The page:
Motion Picture Magazine – December 1923
The White Sister in A Bright Red Coat
By ADELE WHITELY FLETCHER
ALWAYS they have written of her eyes like shy blue flowers. Of her swift hands like white doves. Of her mouth, quivering like a startled butterfly. Of her genius. Of her Christianity. And this is not curious, for these are the things you see usually when you see Lillian Gish. For she is strangely like an Edmund Dulac fairy princess. . . .
It is only when you realize there must be stronger things to her or she could not have come the long way from obscurity and the quiet fields of her native Massillon . . . it is only looking for these stronger things that you are apt to find them a vital part of her. Then you see her ordering her life well. You find her availing herself of summer rates at the hotels. You find her entering into extensive research before deciding upon her coiffure or her costumes for “Romola.” Then you learn of her working all night in the factory that “The White Sister” might be cut down to the desired footage.
These are the stronger, the more material things which the years and which experience have given to Lillian Gish. And they are the things also which have given her genius to the eagerly expectant world. For genius unsupplemented will often die unclaimed.
Really Lillian Gish would fit better into Italy’s drowsy and serene picture. She might even be a White Sister . . with her tender hands and her face like a soul-given form. But she has not chosen retreat. And, given the strife of New York for her background, she has adapted herself. We saw her at her hotel just before the premiere of “The White Sister,” when blasé, sophisticated critics were flagging other things in order to be present. When they were bidding ridiculously high for opening-night tickets. When, in the same breath with her name, other names, legendary in the world of the theater, were being mentioned. “The White Sister” was her yesterday, could talk nothing but “Romola.” wasn’t unlike a master-chemist paring to compound some life-giving fluid. She had ready. That was still to be taken care of. This must be treated thus and so.
That was nearly completed. . . On a chintz lounge lay a copy of Giovanni Papini’s “The Life of Christ.” A place was marked half-way thru. We asked her if she didn’t think it strange that an atheist had lived to write such an orthodox book.
“No,” she said. And because she was very sure, her voice was low. No need to lend conviction by raising your tone when you know. “Atheists.” she said, “are inverted Christians. I’m sure. They have such a perfect conception of the Divinity that the things done in His Name offend them. They turn their hurt faces the other way.”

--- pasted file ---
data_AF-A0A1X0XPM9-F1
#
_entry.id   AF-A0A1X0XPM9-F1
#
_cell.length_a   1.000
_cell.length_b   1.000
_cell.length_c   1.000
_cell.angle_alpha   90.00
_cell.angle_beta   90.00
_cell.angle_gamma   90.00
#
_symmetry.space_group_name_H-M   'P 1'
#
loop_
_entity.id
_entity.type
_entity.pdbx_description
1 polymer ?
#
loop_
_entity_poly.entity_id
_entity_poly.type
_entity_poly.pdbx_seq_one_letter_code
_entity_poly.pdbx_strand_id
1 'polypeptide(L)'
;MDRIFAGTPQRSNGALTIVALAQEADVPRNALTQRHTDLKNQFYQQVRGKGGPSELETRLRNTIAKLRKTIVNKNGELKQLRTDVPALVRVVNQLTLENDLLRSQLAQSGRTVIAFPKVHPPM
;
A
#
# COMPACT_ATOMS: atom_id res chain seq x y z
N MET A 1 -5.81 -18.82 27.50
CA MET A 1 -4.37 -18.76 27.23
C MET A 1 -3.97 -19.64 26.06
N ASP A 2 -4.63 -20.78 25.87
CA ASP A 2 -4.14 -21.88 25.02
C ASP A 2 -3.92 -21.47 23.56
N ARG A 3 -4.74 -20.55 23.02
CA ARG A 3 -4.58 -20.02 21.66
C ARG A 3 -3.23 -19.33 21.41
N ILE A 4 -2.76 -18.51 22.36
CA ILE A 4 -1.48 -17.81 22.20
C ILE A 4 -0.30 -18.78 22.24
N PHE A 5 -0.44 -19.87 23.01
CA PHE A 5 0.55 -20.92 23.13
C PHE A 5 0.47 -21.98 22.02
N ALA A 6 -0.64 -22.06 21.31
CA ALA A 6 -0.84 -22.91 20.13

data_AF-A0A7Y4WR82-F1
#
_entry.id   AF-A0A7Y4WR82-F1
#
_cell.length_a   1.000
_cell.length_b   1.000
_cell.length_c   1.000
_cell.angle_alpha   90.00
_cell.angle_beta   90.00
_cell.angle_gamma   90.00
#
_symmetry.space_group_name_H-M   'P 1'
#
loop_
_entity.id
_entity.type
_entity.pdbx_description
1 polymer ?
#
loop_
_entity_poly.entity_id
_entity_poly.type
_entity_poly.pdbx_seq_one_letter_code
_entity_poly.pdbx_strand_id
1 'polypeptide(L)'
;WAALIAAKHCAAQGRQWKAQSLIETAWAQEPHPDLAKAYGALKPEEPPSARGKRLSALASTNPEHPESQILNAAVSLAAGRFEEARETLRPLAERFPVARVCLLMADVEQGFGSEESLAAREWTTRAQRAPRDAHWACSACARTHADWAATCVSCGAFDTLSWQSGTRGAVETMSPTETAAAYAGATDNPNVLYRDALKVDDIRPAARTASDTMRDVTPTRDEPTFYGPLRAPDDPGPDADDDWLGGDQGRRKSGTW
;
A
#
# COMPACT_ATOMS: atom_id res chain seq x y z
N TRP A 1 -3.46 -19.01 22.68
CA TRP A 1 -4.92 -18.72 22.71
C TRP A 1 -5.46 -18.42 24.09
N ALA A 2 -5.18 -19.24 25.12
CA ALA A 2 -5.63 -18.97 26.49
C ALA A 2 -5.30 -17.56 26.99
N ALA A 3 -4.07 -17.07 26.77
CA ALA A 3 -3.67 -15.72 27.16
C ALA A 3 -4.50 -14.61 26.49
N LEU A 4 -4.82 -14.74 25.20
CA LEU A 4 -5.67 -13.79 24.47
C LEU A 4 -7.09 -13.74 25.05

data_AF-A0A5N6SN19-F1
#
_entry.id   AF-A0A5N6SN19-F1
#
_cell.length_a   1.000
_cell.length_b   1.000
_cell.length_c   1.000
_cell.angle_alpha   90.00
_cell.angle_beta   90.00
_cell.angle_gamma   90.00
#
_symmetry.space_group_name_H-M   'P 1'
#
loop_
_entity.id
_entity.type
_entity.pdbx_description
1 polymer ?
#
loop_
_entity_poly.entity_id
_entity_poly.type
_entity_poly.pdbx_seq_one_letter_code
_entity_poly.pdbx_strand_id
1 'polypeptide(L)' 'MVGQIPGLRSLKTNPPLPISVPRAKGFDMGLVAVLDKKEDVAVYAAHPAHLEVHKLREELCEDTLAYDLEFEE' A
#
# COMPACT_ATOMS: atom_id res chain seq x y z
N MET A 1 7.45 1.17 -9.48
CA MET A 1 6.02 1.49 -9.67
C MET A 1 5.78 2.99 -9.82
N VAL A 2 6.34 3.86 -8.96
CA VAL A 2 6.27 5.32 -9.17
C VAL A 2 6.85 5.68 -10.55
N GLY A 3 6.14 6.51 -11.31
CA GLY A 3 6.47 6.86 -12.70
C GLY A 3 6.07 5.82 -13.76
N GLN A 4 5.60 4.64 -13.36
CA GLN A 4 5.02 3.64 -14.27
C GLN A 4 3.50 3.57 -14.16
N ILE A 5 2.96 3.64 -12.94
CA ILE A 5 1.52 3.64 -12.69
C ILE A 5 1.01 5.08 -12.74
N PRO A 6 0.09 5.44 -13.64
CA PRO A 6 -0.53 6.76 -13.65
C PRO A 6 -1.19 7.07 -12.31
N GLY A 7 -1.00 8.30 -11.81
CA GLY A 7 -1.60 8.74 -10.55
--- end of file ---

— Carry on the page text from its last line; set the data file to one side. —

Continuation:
Talk of books brought us to Leonardo da Vinci. She knows his life as the clergy know their Gospel. She has reverence for him as one of the greatest men that ever lived. And if his greatness is assailed, she champions him with swift words. She bought Brentano’s out of every copy of the story of his life, giving it as gifts to her friends. All of this is what you would expect of Lillian Gish, perhaps. But then her telephone would ring. And fragments of her conversation reaching us suggested that she is a splendid executive. The office was on the wire. And numerous business details and financial matters seemed to be at her finger-tips.
Her only boast is Dorothy. Dorothy was always quick, she tells you. When they were children, visitors always marveled at Dorothy’s wit … at Dorothy’s intelligence. We spoke of Dorothy as La Clavel in “The Bright Shawl.”
She wasn’t sure she approved of her in that . . . a wrist-watch warned us of another appointment.
“Mother and I were frightfully shocked when she smoked that big black cigar,” she said. “But most of the time I just couldn’t make myself realize it was Dorothy. She wasn’t the Dorothy I know. She wasn’t . . .”
And then, with something like maternal pride: “But wasn’t she beautiful? Oh, I think she was so beautiful!”
She had come in shortly before we arrived and she was still wearing her wrap. It was a heavy, bright red coat. It was the kind of coat the older schoolgirls wear. It wasn’t at all the sort of wrap you’d expect of Lillian Gish. Her face was even, more wistful and her hair even a paler gold above it. Her wearing that coat was like her sitting up all night to cut film . . . incompatible . . . contradictory . . . paradoxical. . . .
The time had passed pleasantly and swiftly. Our wrist-watch warned us of another appointment. “You live rushing about too,” she dismayed. “Your wrist-watch is your King. It is different in Italy. I’m glad to return for a few months. Minutes don’t matter so frantically there. And the only thing you’ve ever seen bluer than Italy’s sky is Italy’s sea.”
And then the telephone rang again, imperiously, and we left her.
It was an evening, about a week later, that we saw her as she stood alone on the large stage of the Forty-fourth Street Theater while one of the most celebrated audiences ever gathered under one roof paid tribute to her work in ”The White Sister.” She stood there some minutes . . . like a delicate porcelain in her quaint ivory satin frock . . . waiting, waiting for the tumultuous applause to die down so she might explain that only the co-operation of the entire organization had made her dreams for “The White Sister,” realities.
Paradoxical . . . A simplicity of manner to cloak a profundity of thought and a universal comprehension. Interludes, stolen from the trying labors of cutting film and manipulating the high finance of motion-picture production, to read “The Life of Christ.”
. . . Lillian Gish ; a White Sister in a bright red coat.
By Adele Whitely Fletcher – December 1923